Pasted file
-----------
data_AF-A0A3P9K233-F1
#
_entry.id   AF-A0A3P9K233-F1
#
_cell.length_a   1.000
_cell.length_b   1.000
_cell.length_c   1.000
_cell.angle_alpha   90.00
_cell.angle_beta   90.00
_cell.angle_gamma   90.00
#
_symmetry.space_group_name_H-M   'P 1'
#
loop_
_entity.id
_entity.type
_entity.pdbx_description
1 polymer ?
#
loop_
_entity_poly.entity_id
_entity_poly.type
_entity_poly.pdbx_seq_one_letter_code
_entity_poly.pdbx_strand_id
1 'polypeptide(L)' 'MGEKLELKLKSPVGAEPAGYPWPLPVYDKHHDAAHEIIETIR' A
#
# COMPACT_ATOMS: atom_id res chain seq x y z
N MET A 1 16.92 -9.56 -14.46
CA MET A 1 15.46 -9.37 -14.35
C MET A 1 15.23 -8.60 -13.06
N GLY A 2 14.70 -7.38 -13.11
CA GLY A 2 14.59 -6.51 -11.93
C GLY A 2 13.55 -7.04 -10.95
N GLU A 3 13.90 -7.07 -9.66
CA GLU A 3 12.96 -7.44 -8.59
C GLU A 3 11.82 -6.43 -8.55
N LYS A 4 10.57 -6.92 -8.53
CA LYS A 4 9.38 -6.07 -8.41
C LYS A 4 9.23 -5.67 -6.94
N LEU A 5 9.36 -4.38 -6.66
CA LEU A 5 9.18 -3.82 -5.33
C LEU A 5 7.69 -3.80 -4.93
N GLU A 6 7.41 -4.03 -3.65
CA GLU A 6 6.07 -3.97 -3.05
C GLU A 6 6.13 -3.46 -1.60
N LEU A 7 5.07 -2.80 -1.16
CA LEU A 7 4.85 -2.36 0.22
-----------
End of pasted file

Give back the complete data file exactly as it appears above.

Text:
data_AF-A0A3P9K233-F1
#
_entry.id   AF-A0A3P9K233-F1
#
_cell.length_a   1.000
_cell.length_b   1.000
_cell.length_c   1.000
_cell.angle_alpha   90.00
_cell.angle_beta   90.00
_cell.angle_gamma   90.00
#
_symmetry.space_group_name_H-M   'P 1'
#
loop_
_entity.id
_entity.type
_entity.pdbx_description
1 polymer ?
#
loop_
_entity_poly.entity_id
_entity_poly.type
_entity_poly.pdbx_seq_one_letter_code
_entity_poly.pdbx_strand_id
1 'polypeptide(L)' 'MGEKLELKLKSPVGAEPAGYPWPLPVYDKHHDAAHEIIETIR' A
#
# COMPACT_ATOMS: atom_id res chain seq x y z
N MET A 1 16.92 -9.56 -14.46
CA MET A 1 15.46 -9.37 -14.35
C MET A 1 15.23 -8.60 -13.06
N GLY A 2 14.70 -7.38 -13.11
CA GLY A 2 14.59 -6.51 -11.93
C GLY A 2 13.55 -7.04 -10.95
N GLU A 3 13.90 -7.07 -9.66
CA GLU A 3 12.96 -7.44 -8.59
C GLU A 3 11.82 -6.43 -8.55
N LYS A 4 10.57 -6.92 -8.53
CA LYS A 4 9.38 -6.07 -8.41
C LYS A 4 9.23 -5.67 -6.94
N LEU A 5 9.36 -4.38 -6.66
CA LEU A 5 9.18 -3.82 -5.33
C LEU A 5 7.69 -3.80 -4.93
N GLU A 6 7.41 -4.03 -3.65
CA GLU A 6 6.07 -3.97 -3.05
C GLU A 6 6.13 -3.46 -1.60
N LEU A 7 5.07 -2.80 -1.16
CA LEU A 7 4.85 -2.36 0.22